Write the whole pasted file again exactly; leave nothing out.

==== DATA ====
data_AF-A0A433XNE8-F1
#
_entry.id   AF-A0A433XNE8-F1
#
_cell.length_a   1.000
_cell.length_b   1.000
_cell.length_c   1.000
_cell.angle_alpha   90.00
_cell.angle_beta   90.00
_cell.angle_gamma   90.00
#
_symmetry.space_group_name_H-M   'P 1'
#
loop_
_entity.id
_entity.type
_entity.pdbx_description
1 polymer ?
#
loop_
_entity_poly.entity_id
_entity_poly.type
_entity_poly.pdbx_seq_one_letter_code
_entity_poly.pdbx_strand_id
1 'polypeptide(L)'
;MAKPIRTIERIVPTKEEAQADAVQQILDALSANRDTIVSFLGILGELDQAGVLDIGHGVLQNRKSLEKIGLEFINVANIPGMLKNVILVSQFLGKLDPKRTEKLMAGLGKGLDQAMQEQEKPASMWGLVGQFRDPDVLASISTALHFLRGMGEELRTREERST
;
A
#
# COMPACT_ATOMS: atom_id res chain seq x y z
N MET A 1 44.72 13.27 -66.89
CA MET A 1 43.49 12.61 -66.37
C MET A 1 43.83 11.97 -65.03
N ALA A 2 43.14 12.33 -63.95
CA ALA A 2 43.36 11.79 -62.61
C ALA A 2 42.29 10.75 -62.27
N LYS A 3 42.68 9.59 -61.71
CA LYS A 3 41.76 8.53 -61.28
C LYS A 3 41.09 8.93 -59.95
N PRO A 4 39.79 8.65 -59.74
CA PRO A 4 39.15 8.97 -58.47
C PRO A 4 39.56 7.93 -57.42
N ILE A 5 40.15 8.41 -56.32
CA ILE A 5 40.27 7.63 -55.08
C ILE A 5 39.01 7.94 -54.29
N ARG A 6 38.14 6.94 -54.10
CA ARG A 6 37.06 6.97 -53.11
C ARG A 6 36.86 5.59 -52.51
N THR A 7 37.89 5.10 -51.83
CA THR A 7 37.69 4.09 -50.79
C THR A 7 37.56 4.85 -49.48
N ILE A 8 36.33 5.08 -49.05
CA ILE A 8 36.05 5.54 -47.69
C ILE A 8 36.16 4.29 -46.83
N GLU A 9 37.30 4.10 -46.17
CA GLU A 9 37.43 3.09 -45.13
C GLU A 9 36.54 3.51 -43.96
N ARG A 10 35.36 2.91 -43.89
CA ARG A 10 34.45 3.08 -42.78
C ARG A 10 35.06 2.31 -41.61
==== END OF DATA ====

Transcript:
data_AF-A0A433XNE8-F1
#
_entry.id   AF-A0A433XNE8-F1
#
_cell.length_a   1.000
_cell.length_b   1.000
_cell.length_c   1.000
_cell.angle_alpha   90.00
_cell.angle_beta   90.00
_cell.angle_gamma   90.00
#
_symmetry.space_group_name_H-M   'P 1'
#
loop_
_entity.id
_entity.type
_entity.pdbx_description
1 polymer ?
#
loop_
_entity_poly.entity_id
_entity_poly.type
_entity_poly.pdbx_seq_one_letter_code
_entity_poly.pdbx_strand_id
1 'polypeptide(L)'
;MAKPIRTIERIVPTKEEAQADAVQQILDALSANRDTIVSFLGILGELDQAGVLDIGHGVLQNRKSLEKIGLEFINVANIPGMLKNVILVSQFLGKLDPKRTEKLMAGLGKGLDQAMQEQEKPASMWGLVGQFRDPDVLASISTALHFLRGMGEELRTREERST
;
A
#
# COMPACT_ATOMS: atom_id res chain seq x y z
N MET A 1 44.72 13.27 -66.89
CA MET A 1 43.49 12.61 -66.37
C MET A 1 43.83 11.97 -65.03
N ALA A 2 43.14 12.33 -63.95
CA ALA A 2 43.36 11.79 -62.61
C ALA A 2 42.29 10.75 -62.27
N LYS A 3 42.68 9.59 -61.71
CA LYS A 3 41.76 8.53 -61.28
C LYS A 3 41.09 8.93 -59.95
N PRO A 4 39.79 8.65 -59.74
CA PRO A 4 39.15 8.97 -58.47
C PRO A 4 39.56 7.93 -57.42
N ILE A 5 40.15 8.41 -56.32
CA ILE A 5 40.27 7.63 -55.08
C ILE A 5 39.01 7.94 -54.29
N ARG A 6 38.14 6.94 -54.10
CA ARG A 6 37.06 6.97 -53.11
C ARG A 6 36.86 5.59 -52.51
N THR A 7 37.89 5.10 -51.83
CA THR A 7 37.69 4.09 -50.79
C THR A 7 37.56 4.85 -49.48
N ILE A 8 36.33 5.08 -49.05
CA ILE A 8 36.05 5.54 -47.69
C ILE A 8 36.16 4.29 -46.83
N GLU A 9 37.30 4.10 -46.17
CA GLU A 9 37.43 3.09 -45.13
C GLU A 9 36.54 3.51 -43.96
N ARG A 10 35.36 2.91 -43.89
CA ARG A 10 34.45 3.08 -42.78
C ARG A 10 35.06 2.31 -41.61